Upgrading smartphones bring with them newer features – some user-friendly, other technically progressive. Recently, almost all newer phones and operating systems feature ‘dark mode’ that flip the black and whites of your phone screen. This caught the eyes of many users since Apple officially introduced it in the recent iOS update.
The Dark mode initially gained popularity on its claims to be healthier for the user. It is known to be easier on the eyes while using a smartphone at night or in a dimly-lit environment. However, recent tests and user reviews have revealed that the dark mode also saves our phones ample battery life compared to the light mode.
PhoneBuff put the iPhone 11 Pro Max through its paces with the help of a robotic arm, mapping out the same actions in the same apps – once in the normal iOS ‘light’ mode, and once in the new dark mode alternative offered by iOS 13. After two hours, the dark mode test was showing 88% battery life left, while the battery on the light mode test had dropped to 83%. That’s quite a substantial difference over such a short span of time.
After another two hours of Twitter scrolling (we’ve all been there), the dark mode phone was on 72% (down 16%) and the light mode phone was on 57% (down 26%). Besides this the robots then followed this with constant iMessaging, YouTube streaming, and Google Maps navigation. All four of these apps feature officially implemented Dark Mode settings.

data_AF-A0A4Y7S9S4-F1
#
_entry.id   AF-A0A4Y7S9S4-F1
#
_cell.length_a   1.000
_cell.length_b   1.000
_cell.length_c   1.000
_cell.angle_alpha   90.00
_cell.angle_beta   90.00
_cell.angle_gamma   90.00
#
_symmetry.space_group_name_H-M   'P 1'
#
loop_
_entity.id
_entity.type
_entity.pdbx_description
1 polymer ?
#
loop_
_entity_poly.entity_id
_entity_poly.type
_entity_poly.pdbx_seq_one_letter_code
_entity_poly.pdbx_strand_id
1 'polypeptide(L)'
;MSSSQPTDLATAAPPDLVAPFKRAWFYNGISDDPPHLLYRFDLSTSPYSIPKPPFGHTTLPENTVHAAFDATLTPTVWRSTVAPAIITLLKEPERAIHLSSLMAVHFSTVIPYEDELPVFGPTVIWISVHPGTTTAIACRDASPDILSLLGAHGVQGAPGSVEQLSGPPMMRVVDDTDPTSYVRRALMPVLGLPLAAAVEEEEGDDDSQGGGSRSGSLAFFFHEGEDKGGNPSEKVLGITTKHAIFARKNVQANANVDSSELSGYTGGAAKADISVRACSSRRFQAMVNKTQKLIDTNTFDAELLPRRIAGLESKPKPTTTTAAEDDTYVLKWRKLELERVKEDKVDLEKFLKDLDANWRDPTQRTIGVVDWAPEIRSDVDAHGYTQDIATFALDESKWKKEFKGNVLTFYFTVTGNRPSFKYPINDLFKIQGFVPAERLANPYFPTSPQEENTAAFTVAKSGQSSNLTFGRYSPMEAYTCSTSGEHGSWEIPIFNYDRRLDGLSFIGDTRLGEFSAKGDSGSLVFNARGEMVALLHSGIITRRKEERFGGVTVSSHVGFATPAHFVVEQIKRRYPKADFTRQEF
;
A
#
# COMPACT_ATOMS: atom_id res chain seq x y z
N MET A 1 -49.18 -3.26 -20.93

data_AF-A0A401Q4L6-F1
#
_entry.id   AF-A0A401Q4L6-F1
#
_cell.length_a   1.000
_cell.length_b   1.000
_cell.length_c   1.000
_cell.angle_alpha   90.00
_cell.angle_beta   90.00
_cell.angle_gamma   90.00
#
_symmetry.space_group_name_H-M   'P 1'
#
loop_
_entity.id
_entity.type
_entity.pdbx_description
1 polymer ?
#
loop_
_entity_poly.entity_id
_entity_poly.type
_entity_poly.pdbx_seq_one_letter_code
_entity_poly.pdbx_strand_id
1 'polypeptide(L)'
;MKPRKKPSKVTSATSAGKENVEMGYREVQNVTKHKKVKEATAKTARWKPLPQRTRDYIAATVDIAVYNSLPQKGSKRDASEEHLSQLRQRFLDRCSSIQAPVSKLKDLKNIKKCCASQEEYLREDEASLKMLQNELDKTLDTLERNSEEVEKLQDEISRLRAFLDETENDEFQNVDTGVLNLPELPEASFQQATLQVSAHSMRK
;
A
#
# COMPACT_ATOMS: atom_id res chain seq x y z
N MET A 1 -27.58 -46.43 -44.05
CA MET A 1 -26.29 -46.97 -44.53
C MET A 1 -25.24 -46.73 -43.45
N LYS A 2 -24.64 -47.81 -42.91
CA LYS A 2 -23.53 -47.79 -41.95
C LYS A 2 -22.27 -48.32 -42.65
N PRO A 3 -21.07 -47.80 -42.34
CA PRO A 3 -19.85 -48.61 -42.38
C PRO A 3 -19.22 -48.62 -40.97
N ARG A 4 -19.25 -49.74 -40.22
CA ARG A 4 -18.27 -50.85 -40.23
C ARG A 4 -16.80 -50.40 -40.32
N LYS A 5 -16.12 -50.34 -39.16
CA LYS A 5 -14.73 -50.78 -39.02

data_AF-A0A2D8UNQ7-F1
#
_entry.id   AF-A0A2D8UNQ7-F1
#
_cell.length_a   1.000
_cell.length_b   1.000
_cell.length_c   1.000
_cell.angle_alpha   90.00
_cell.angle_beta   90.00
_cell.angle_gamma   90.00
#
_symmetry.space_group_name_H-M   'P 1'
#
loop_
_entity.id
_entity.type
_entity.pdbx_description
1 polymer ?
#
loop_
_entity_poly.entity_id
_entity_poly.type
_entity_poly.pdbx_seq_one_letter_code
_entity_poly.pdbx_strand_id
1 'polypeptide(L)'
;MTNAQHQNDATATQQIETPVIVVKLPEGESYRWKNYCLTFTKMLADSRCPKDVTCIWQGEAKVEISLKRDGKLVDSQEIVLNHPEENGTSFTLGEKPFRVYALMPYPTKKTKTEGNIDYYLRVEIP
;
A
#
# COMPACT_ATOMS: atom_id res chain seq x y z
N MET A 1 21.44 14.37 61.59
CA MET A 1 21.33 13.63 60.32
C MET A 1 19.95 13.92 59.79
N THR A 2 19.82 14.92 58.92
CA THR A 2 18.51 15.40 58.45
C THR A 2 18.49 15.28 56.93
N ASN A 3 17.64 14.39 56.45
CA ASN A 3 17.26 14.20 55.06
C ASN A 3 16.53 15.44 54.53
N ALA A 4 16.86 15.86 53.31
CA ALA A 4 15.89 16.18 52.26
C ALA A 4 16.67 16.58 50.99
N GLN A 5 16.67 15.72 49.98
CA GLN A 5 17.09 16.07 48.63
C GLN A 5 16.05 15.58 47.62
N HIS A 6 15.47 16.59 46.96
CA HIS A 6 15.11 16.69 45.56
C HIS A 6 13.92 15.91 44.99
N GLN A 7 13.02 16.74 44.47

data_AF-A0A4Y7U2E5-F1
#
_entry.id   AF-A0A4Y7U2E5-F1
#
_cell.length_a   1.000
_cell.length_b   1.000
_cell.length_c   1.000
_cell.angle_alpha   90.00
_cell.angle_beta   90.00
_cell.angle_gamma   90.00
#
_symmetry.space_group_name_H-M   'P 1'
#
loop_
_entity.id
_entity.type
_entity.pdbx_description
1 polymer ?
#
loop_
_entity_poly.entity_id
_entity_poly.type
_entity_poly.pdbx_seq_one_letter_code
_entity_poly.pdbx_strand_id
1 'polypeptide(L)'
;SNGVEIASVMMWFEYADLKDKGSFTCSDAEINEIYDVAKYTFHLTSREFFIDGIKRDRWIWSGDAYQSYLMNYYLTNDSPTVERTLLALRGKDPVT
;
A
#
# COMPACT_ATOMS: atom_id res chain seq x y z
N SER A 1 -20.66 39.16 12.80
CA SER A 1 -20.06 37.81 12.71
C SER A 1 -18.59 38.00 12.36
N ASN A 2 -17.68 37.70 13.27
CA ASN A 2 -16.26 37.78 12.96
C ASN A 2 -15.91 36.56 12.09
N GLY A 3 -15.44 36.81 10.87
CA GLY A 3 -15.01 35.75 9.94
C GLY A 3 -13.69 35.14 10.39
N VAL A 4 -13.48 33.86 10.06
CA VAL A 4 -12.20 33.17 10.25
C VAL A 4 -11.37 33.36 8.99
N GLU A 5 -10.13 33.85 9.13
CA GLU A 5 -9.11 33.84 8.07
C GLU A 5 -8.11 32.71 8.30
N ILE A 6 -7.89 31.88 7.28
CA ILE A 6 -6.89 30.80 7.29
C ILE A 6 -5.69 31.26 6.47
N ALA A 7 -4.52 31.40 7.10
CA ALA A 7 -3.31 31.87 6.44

Almost immediately, the difference becomes apparent in the video, and it only gets more stark – until the Light Mode phone dies after about seven and a half hours of screen-on time, leaving the Dark Mode phone with 30% of its battery life.
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You can see the full test in the video below.
Dark Mode isn’t the only Savior
Our phones don’t only drain their batteries through phone displays. For optimum battery savings using dark mode, some other factors should be taken into account:
- Most phone users will likely have automatic brightness adjustment enabled, and automated lab use will never directly mirror real-world use.
- The phone also has to be an OLED phone like the iPhone 11 Pro, Pixel 3 or 4, Galaxy S10, or OnePlus 7.
- Phones with standard LCD screens are lit from the edges, while OLED screens are lit pixel-by-pixel. That means that a true black screen as seen in better Dark Mode implementations is simply leaving many of those pixels off.
- Your mileage may of course vary, depending on the apps you’re using and the make and model of your phone
So, if you do have a smartphone with an OLED display, you can expect better battery life with the Dark mode enabled. An LCD panel does not show a huge difference as the backlight still stays on at all times resulting in similar battery drain irrespective of Dark mode. iOS 13, in particular, seems to have a massive impact on the battery life of the newer iPhones, with the iPhone XS showing as much as a 30 percent improvement in battery life.